Over the last few decades, commercial buildings have been at the forefront of a number of energy storage technologies including batteries, flywheels (primarily in uninterruptible power system (UPS) applications), and thermal energy storage (TES). While the former market segment is mature, TES technologies are poised to take off in the next few years as building owners and managers look to curb energy costs and improve the reliability of the cooling supply.
At first glance, the business case for TES in commercial buildings isn’t readily apparent, as storing energy for later use doesn’t directly reduce the building’s overall energy consumption. In fact, although the round trip efficiency of ice-based TES is high (approximately 95 percent), some energy is lost in conversion. The key drivers of TES are actually utility pricing programs, such as dynamic pricing schemes and demand charges. Dynamic pricing schemes, such as time-of-use (TOU) pricing, charge more for electricity during on-peak periods than during off-peak periods, serving as a proxy for the higher wholesale cost of electricity during those periods and sending a price signal to customers to reduce loads. Such pricing schemes are on the rise throughout the United States and globally.
Demand charges, equally as important, charge customers for their maximum power draw at a peak moment during a billing period at a fixed rate, measured in $/kW. For example, demand charges for commercial and industrial (C&I) customers in ConEdison’s New York City territory are about $30/kW during the summer months. To put that into perspective, if a building occupant turns on a 2 kilowatt hairdryer during a peak load event on a hot summer afternoon in July, the building owner would have to pay about $60 more just to cover that extra bit of power.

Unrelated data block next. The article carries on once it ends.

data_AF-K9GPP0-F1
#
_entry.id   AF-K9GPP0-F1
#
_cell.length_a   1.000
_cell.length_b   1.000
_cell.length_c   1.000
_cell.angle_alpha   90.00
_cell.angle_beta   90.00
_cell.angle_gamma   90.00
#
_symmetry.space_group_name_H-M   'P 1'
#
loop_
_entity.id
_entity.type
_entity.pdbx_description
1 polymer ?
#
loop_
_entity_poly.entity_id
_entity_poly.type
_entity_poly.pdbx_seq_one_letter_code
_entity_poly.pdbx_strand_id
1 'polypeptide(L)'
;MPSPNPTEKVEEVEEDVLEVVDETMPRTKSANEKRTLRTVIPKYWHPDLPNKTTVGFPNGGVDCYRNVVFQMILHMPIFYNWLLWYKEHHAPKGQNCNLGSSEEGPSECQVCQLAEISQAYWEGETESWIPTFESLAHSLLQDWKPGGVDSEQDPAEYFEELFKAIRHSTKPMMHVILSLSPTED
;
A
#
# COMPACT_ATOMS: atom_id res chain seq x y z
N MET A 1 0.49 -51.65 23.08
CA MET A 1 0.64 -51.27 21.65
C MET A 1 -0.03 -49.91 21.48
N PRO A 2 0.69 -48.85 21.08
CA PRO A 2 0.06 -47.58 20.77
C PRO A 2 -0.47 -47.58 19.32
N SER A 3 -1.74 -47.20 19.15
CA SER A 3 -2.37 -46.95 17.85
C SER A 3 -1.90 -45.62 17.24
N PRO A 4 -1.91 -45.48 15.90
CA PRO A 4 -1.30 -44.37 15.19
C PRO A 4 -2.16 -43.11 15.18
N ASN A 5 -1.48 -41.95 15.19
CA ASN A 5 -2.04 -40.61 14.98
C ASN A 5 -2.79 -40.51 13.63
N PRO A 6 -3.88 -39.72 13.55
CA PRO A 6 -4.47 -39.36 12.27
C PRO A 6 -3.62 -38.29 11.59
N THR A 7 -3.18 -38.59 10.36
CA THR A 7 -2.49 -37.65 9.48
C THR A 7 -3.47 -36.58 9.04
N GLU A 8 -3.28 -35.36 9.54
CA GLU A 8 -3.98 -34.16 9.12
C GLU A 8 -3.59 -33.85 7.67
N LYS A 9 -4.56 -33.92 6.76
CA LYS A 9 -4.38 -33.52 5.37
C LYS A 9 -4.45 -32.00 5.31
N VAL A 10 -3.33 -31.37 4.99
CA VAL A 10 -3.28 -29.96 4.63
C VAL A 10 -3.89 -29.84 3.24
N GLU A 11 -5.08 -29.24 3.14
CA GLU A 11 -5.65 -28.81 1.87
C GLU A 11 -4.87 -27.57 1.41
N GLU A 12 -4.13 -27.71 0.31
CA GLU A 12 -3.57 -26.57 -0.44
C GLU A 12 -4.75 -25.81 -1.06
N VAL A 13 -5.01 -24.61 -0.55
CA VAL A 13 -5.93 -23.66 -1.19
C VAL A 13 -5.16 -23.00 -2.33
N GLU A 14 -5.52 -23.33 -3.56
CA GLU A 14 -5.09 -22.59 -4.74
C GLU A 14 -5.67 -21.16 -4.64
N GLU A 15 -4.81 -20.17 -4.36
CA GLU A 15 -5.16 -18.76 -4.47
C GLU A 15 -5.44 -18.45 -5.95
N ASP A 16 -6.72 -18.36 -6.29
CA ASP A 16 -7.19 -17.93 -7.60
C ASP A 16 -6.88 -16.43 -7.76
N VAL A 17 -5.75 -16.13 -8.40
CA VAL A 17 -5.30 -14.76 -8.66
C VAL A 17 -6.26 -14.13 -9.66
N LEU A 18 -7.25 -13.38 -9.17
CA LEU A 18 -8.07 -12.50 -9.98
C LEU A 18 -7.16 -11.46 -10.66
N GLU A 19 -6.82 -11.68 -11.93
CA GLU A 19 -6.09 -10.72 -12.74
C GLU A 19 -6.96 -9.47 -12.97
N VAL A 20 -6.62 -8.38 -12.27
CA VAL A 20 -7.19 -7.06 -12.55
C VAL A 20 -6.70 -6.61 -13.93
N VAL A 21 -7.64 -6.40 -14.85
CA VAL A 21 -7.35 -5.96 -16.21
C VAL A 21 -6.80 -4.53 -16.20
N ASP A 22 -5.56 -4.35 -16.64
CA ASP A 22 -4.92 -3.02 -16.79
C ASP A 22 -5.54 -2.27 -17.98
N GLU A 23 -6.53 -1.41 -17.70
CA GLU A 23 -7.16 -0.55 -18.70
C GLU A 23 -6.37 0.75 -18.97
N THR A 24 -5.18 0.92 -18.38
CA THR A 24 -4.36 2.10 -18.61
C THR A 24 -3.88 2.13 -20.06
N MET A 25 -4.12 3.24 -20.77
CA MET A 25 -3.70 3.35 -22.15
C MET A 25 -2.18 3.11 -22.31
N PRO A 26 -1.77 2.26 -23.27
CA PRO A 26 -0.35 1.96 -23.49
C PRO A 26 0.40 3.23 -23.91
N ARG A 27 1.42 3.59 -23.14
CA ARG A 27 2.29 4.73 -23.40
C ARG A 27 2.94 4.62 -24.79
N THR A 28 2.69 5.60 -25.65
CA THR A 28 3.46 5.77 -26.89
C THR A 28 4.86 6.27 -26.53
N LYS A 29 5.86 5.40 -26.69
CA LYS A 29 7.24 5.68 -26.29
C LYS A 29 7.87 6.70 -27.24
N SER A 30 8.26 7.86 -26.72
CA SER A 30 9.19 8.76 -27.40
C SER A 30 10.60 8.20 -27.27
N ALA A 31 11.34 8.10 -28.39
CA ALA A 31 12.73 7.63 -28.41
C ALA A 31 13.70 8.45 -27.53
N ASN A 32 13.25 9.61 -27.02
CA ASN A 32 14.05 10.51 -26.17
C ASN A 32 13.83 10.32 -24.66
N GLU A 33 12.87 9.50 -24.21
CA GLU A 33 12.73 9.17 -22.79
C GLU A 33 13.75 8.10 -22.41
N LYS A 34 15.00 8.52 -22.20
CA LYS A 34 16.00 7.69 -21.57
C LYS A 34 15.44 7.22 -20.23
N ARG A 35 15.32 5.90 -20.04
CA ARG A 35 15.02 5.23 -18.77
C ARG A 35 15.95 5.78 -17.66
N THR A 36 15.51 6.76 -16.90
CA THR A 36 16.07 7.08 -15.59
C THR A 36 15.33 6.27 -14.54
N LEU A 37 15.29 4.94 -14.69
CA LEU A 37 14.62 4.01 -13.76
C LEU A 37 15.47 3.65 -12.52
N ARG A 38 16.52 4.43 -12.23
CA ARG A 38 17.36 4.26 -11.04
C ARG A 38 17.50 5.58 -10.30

So why are these pricing programs in place at all? Utilities in the United States invest significantly in generation and transmission assets that, in some cases, are used only a few hours a year in order to meet demand during hot summer days. By creating incentive schemes that transfer a portion of peak load to off-peak times by temporarily boosting retail electricity costs during peak periods, utilities can avoid the considerable costs of operating and maintaining those little-used assets – and pass the benefits through to their customers in the form of lower electricity rates.
Large energy consuming facilities, therefore, are finding that they stand to benefit from shifting as much of their energy consumption to off-peak times if their utility offers or mandates such schemes. There is about 1 gigawatt of grid-connected thermal energy storage on the grid globally today. Given that the key driver of TES is dynamic pricing schemes, TES has emerged in a number of pocket markets, most of them major urban centers, where these schemes exist. In the next decade, as penetration of TES grows in existing markets and dynamic pricing schemes and demand charges appear more broadly, TES will find its way into the energy management portfolios of a growing number commercial and industrial facilities. Pike Research estimates that the global market for custom ice-based TES installations could reach as high has $92 million by 2016 at an annual growth rate of 25 percent.
Article by Eric Bloom, appearing courtesy the Matter Network.